CHICAGO (CBS) — It was Labor Day week when prosecutors first kicked off the federal racketeering trial of six alleged leaders of Chicago’s so-called “super gang,” the Hobos.
Now, well after Thanksgiving, the feds have finally wrapped up their case. The trial still isn’t over, but U.S. District Judge John J. Tharp Jr. has said he is determined to end it by Christmas.
Prosecutors formally rested their case Monday afternoon after a federal agent read aloud the “beyond the grave” grand jury testimony of FBI informant Keith Daniels, who testified before he was gunned down in April 2013. The feds say he was executed for cooperating with the feds against the Hobos, including alleged Hobo leaders Gregory “Bowlegs” Chester, Paris Poe, Gabriel Bush and Arnold Council — Daniels’ brother.
“I understood that ‘Bowlegs’ was the leader of the Hobos,” Daniels told the grand jury. “Under ‘Bowlegs’ were my brother Arnold, Poe and Gabe, who all seemed to have equal rank.”
The feds spent 12 weeks this fall explaining to jurors how the gang terrorized the West and South sides for nearly 10 years, allegedly killing nine people and opening fire on several more along the way. Jurors have heard from people who saw their loved ones murdered before their eyes, and from others who lived to explain how they were tortured by members of the gang.
Jurors watched a former NBA player seemingly forget how he was robbed at gunpoint before engaging in a high-speed car chase around Chicago with two alleged high-ranking Hobos. And last week, they watched a man simply refuse to testify out of concern for his family. That man took two months in jail rather than turn against the gang.
Now each of the six alleged gang leaders have an opportunity to put on a defense before the jury gets the case.
So far, defense attorneys have largely pointed to perceived flaws in the way authorities investigated the Hobos — to inconsistent reports, alleged tunnel-vision by officers and possible missteps during interviews of the defendants. But they have also tried to undermine the credibility of the government’s witnesses.
Last week, for example, the defense attorney for alleged Hobo assassin Poe confronted Daniels’ girlfriend. Shanice Peatry saw Daniels’ April 14, 2013 murder and swiftly identified Poe as the killer on a 911 call even though the shooter wore a mask. But she later acknowledged that Daniels had cooperated against multiple people — creating several potential enemies — and he was warned about two people “out west” who wanted to kill him hours before he died. She also admitted she lied to a federal grand jury about a Facebook post.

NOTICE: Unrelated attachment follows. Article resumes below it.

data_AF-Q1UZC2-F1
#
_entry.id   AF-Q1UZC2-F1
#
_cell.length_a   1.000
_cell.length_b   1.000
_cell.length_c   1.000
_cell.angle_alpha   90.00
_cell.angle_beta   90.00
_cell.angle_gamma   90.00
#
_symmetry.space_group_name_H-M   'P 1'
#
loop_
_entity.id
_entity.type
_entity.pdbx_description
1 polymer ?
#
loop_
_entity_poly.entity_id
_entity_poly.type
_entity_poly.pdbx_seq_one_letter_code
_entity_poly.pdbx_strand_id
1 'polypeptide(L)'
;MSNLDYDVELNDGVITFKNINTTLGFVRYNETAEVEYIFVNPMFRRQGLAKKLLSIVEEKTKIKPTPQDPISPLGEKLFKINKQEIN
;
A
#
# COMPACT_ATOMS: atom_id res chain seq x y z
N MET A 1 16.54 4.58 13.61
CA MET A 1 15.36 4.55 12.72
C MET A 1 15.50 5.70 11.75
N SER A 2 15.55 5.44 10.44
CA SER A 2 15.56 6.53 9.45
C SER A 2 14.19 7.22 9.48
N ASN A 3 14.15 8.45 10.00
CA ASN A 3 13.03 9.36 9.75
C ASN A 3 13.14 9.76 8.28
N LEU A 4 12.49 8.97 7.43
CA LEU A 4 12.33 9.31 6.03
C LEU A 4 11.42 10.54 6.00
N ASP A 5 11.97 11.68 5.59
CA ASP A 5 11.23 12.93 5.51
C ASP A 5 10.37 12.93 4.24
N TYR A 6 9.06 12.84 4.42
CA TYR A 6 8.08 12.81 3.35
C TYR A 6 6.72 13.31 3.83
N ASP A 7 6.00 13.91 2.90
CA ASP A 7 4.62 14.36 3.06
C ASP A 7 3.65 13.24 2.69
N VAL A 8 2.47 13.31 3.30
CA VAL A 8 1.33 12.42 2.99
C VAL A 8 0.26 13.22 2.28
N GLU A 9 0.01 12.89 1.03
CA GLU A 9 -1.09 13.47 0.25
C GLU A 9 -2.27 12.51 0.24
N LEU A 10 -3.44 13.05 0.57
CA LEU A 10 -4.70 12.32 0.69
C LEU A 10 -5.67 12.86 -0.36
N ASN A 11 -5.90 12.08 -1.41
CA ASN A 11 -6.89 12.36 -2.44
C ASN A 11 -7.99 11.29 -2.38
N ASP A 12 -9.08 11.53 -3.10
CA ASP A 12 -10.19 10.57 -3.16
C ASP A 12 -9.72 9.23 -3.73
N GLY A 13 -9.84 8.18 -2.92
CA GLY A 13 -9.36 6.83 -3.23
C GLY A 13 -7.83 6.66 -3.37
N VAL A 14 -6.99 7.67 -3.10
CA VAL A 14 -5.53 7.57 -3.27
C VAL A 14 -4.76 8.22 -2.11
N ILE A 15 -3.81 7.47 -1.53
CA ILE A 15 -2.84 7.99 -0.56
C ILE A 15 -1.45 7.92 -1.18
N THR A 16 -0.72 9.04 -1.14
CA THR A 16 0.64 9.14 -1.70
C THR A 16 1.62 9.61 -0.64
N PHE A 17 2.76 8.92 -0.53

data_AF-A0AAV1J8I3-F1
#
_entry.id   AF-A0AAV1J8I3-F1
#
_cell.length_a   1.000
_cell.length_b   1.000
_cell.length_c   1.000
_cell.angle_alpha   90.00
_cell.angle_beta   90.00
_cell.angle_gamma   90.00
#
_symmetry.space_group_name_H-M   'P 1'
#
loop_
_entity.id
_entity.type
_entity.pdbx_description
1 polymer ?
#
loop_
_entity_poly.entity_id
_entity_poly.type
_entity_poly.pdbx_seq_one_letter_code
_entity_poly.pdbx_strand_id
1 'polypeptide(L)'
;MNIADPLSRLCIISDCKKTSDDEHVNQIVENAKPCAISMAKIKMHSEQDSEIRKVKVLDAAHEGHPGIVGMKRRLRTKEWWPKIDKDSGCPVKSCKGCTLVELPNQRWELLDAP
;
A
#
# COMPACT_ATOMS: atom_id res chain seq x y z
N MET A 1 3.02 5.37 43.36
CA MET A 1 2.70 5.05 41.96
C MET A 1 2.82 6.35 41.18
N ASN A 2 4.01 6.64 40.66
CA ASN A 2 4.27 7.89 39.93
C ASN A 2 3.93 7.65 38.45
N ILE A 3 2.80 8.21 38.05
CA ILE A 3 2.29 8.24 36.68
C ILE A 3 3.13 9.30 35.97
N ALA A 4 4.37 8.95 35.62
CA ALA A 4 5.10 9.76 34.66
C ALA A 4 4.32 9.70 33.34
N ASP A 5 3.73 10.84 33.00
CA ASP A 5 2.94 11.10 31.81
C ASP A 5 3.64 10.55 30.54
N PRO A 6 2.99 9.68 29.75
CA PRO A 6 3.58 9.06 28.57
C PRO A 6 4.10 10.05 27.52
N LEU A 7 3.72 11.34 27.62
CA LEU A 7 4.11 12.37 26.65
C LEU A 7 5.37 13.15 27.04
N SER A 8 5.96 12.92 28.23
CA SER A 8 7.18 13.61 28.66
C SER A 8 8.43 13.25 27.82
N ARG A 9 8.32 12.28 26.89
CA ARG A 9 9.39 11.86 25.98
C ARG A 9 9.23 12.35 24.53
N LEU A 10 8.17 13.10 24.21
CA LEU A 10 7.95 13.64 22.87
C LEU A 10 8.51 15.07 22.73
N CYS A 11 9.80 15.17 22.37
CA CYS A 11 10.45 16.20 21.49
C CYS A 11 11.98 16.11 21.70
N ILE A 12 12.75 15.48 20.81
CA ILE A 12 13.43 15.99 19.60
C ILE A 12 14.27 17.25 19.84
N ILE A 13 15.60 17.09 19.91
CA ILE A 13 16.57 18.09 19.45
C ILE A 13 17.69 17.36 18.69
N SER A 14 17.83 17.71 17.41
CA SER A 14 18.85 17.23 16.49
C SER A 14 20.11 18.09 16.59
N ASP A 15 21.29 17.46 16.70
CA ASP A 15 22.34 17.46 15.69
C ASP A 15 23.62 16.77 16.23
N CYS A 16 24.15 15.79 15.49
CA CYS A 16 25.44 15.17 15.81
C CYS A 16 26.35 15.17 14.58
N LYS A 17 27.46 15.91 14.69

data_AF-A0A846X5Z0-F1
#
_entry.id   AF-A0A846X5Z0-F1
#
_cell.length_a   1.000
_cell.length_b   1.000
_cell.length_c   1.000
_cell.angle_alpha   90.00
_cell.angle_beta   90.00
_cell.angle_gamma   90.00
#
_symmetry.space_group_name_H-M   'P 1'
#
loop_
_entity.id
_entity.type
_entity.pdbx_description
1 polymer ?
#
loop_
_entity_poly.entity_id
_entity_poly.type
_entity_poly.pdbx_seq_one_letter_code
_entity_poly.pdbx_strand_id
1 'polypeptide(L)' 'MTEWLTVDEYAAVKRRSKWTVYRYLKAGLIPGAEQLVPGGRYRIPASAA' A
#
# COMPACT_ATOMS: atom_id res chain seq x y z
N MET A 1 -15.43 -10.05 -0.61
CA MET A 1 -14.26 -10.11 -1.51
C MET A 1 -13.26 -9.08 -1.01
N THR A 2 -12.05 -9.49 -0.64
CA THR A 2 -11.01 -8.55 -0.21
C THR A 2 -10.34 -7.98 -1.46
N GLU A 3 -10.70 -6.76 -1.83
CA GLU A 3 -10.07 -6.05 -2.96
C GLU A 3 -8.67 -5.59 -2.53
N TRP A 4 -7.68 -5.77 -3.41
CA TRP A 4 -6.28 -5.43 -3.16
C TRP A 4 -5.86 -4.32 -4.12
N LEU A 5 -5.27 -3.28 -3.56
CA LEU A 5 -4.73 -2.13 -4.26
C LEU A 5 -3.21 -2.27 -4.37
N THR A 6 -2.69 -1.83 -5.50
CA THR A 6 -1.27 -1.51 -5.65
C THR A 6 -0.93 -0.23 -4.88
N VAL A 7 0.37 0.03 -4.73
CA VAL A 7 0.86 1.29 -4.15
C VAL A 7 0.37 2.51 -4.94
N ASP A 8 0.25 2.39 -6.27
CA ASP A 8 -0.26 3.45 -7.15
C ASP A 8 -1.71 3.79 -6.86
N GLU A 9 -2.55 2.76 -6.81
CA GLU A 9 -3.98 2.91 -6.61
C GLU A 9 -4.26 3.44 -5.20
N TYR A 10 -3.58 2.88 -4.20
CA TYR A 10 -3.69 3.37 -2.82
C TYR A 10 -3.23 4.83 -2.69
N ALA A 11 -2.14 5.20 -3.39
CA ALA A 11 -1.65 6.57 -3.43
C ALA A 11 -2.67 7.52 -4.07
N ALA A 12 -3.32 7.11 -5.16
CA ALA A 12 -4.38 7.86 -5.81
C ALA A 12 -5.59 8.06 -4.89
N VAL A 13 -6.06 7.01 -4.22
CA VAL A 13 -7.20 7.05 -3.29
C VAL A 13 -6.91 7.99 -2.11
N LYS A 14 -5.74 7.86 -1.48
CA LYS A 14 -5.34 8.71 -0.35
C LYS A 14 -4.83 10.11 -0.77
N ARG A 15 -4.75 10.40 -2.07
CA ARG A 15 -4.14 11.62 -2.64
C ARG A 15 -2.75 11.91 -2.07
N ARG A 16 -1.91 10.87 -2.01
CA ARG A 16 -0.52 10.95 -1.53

Poe is also accused of participating in the murder of Wilbert Moore, a Chicago police informant, in January 2006. But while the informant murders are among the gang’s most notorious, jurors have heard about plenty of other victims of the Hobos’ violence — including innocent bystanders.
One man explained how he was shot nine times while trying to pick his son up from daycare on the South Side in June 2007. The shooting was tied to a war that year between the Hobos’ Dirty Low faction and the Fifth Ward Black Disciples and New Town Black Disciples. Bush, Derrick Vaughn and others opened fire on the man outside the daycare with a pistol “that shoots the equivalent of rifle rounds” because the man was a New Town Black Disciple associate, prosecutors claim.
Another man described watching the fatal shooting of his brother, Terrance Anderson, later that same year. Afterward, he initially told police he didn’t want to talk about it. And on the witness stand he explained that, “my brother got killed. I didn’t want to die too.” The feds have tied that murder to Bush and Council.
Ex-NBA player Bobby Simmons claimed to forget about his own run-in with Poe. But prosecutors eventually made him sit on the witness stand and listen as agents read his grand jury testimony — revealing that Poe and Council shot at Simmons at least 15 times while Simmons chased them through the streets of Chicago in June 2006. Poe allegedly had stolen Simmons’ $200,000 white gold and diamond necklace.
The ruthless and exclusive Hobos crew is an alliance of deadly street gangs forged in the now-demolished Robert Taylor Homes, according to the feds. During opening statements in September, Assistant U.S. Attorney Patrick Otlewski called the Hobos “an all-star team of the worst of the worst” of Chicago’s street gangs.
(Source: Sun-Times Media Wire © Chicago Sun-Times 2016. All Rights Reserved. This material may not be published, broadcast, rewritten, or redistributed.)